I returned to the house and the sound of a football game met me, as did a darkened house with central air. Too cold. I stepped into the living room and saw my grandfather stretched out in his recliner, oxygen tank sounding like some ethereal locomotive, with my mother curled up next him, a plaid blanket strewn across the two of their bodies. This hurt me and I began to ache as put a beer on ice. I went out the sliding glass door and slid directly into the pool.

It was still raining and the sky was low and heavy with birds hunkered down discussing life muffled in the trees. I thought of that scene we spoke of on our return to North Carolina, the one of my tall, lean grandfather, hand-feeding that tall, lean Egret. The bird came back today for food, but my mother and I went out to feed him instead. A lasting image, my grandfather concentrating serenely on serenity so that the bird would take the food from him. I can recall it jumping up, flying softly to him with such precision to take the food from his still fingers. Flesh and bone. I thought of this as I sought the pool’s base, as I spun round, looking up at the world from that simple basin, rain drops rippling from my plunge. In such chaos I felt relief, no harm, no tragedy. The weight of water, the ways of water, gave me great comfort and I kept myself down there as long as I could. Such are the moments that settle into memory from the level of awareness from when they actually occurred. They are ingrained by heightened circumstance, but also from one’s attempt to emotionally catalogue them. It’s one thing to remember a sight such as my grandfather feeding that bird, it’s another to physically bottle how it felt to be losing him. At this point I have gallons of it kept.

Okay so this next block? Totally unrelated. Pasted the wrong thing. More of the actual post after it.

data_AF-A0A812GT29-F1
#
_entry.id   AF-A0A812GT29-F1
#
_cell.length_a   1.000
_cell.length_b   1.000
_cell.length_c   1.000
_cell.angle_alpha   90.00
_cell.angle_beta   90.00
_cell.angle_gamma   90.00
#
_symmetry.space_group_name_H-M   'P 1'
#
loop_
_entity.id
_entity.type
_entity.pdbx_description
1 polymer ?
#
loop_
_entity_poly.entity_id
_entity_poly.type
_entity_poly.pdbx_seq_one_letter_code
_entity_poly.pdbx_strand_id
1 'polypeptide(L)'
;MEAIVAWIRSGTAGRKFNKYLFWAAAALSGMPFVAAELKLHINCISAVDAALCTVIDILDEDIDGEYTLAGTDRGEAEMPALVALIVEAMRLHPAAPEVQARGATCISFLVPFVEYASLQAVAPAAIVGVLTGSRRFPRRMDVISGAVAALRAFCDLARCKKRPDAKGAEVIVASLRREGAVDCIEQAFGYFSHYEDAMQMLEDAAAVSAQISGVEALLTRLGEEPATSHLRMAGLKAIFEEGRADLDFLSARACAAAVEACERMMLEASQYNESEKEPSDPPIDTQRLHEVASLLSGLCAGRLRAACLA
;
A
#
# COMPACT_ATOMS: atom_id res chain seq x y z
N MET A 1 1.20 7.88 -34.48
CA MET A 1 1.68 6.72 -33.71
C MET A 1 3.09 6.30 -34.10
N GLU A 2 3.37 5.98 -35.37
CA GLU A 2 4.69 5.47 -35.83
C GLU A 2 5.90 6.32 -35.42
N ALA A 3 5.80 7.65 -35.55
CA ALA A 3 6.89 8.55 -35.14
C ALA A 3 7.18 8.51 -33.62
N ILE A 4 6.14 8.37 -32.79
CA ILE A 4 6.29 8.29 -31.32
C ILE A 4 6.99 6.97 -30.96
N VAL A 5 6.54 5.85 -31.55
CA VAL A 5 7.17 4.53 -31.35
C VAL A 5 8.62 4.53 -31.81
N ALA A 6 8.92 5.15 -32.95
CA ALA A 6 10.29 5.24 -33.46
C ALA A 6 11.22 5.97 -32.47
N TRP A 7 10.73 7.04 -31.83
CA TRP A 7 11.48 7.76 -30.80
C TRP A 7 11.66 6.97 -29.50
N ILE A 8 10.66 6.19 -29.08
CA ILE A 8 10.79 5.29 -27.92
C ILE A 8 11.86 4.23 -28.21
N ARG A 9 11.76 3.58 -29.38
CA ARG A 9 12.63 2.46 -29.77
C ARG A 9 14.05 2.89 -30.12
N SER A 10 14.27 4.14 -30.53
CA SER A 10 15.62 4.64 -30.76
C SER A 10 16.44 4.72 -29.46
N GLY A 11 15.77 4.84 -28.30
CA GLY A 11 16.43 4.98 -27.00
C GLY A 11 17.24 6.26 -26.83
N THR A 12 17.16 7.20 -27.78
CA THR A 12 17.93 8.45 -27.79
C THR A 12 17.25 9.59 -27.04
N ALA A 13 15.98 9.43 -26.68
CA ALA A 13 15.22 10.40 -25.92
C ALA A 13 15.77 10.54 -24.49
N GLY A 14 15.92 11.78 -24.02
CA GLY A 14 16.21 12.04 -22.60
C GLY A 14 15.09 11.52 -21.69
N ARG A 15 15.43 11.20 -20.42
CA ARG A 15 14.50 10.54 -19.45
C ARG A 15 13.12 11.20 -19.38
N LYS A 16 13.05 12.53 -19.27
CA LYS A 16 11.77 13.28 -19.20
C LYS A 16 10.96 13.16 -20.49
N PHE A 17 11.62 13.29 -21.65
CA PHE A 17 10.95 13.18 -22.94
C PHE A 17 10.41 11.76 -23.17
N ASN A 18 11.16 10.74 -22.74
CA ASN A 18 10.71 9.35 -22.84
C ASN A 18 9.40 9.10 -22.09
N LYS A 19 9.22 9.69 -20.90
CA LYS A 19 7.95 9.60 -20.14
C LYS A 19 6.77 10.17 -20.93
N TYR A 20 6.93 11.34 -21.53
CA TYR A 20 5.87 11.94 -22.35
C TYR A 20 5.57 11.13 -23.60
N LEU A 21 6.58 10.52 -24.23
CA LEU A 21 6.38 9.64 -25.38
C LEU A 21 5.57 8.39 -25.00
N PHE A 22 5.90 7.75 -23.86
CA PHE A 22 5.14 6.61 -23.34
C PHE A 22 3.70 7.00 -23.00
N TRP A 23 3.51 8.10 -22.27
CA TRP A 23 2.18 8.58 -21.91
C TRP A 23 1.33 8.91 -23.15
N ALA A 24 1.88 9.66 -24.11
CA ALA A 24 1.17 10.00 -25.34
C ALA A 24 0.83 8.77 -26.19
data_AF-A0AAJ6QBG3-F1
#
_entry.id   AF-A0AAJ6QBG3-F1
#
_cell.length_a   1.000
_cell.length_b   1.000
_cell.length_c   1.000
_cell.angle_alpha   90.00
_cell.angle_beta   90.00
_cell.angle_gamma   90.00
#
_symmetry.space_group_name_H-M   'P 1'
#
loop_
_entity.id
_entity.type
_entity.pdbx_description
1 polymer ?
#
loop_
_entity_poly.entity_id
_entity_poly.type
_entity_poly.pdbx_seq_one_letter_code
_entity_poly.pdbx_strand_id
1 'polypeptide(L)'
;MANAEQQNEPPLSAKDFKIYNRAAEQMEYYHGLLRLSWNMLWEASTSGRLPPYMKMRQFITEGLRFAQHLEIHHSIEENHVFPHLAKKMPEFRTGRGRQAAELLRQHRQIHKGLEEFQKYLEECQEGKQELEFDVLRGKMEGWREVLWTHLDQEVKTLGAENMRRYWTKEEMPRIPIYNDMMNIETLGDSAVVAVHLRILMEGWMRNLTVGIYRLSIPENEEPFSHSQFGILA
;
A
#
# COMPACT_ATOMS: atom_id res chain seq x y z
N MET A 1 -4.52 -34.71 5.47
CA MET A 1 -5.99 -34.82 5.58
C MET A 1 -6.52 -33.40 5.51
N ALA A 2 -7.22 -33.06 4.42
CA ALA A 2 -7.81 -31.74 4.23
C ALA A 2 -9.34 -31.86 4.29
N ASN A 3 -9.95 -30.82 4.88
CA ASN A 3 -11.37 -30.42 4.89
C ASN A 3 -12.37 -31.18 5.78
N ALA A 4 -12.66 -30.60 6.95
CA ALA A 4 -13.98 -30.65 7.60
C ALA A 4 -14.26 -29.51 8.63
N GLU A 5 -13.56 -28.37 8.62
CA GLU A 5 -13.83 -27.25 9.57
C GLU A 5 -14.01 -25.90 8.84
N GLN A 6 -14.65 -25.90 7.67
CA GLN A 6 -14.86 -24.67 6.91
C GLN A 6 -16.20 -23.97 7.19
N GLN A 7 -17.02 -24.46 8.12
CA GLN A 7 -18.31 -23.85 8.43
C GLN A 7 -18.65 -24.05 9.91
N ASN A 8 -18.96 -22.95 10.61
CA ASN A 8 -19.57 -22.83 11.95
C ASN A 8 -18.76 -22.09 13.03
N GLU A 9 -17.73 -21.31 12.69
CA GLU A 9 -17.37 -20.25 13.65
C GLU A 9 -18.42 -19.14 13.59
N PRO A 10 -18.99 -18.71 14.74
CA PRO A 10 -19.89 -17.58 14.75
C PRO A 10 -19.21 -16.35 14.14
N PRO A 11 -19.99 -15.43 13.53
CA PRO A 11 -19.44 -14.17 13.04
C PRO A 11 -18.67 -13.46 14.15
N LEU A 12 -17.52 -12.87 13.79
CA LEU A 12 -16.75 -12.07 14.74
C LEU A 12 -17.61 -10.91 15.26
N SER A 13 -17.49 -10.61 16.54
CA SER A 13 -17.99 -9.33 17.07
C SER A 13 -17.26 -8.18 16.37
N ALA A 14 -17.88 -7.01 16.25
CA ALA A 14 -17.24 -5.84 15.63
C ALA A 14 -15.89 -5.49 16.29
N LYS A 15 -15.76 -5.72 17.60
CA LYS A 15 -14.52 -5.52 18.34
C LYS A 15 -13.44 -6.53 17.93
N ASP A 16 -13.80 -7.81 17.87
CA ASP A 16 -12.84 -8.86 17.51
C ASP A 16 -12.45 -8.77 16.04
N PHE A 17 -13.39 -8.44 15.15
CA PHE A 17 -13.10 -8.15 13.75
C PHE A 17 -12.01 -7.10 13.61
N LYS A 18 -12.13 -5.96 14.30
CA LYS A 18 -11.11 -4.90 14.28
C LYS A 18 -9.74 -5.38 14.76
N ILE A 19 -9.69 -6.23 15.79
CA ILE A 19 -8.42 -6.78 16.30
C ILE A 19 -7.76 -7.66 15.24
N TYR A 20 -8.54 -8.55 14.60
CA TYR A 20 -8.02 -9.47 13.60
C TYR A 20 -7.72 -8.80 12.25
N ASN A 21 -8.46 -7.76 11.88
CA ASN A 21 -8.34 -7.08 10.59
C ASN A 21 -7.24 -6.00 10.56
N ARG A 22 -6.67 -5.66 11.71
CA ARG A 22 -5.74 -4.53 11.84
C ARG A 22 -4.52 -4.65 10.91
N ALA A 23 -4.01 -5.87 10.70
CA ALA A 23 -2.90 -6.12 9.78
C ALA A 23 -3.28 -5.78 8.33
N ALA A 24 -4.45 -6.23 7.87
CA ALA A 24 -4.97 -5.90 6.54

I’m awash with the sentiment of loss, of losing, of every hour feeling much heavier than water. I cannot answer the grocery store clerk’s inquisitive salutation without seeing the grand and abstract wings of death. Each scanned item sounds the pulse and cadence of an oxygen tank; each rolling thunder rolls with opening and closing of the old man’s throat; each paper laying daily, wet in the driveway, is not to be taken by his hands, nor are the worldly events that conjure our timely relevance going to reach his mind. He’s three-quarters into the void and I’m holding his trembling hand. This is all falling apart, or is apart. How quickly it comes to be, in fragments. How much more do I near, then feel distant in understanding. How apt we are at letting life drift into

AUG 26 2015

The Mythical Capture of the Unicorn; Fragment Two,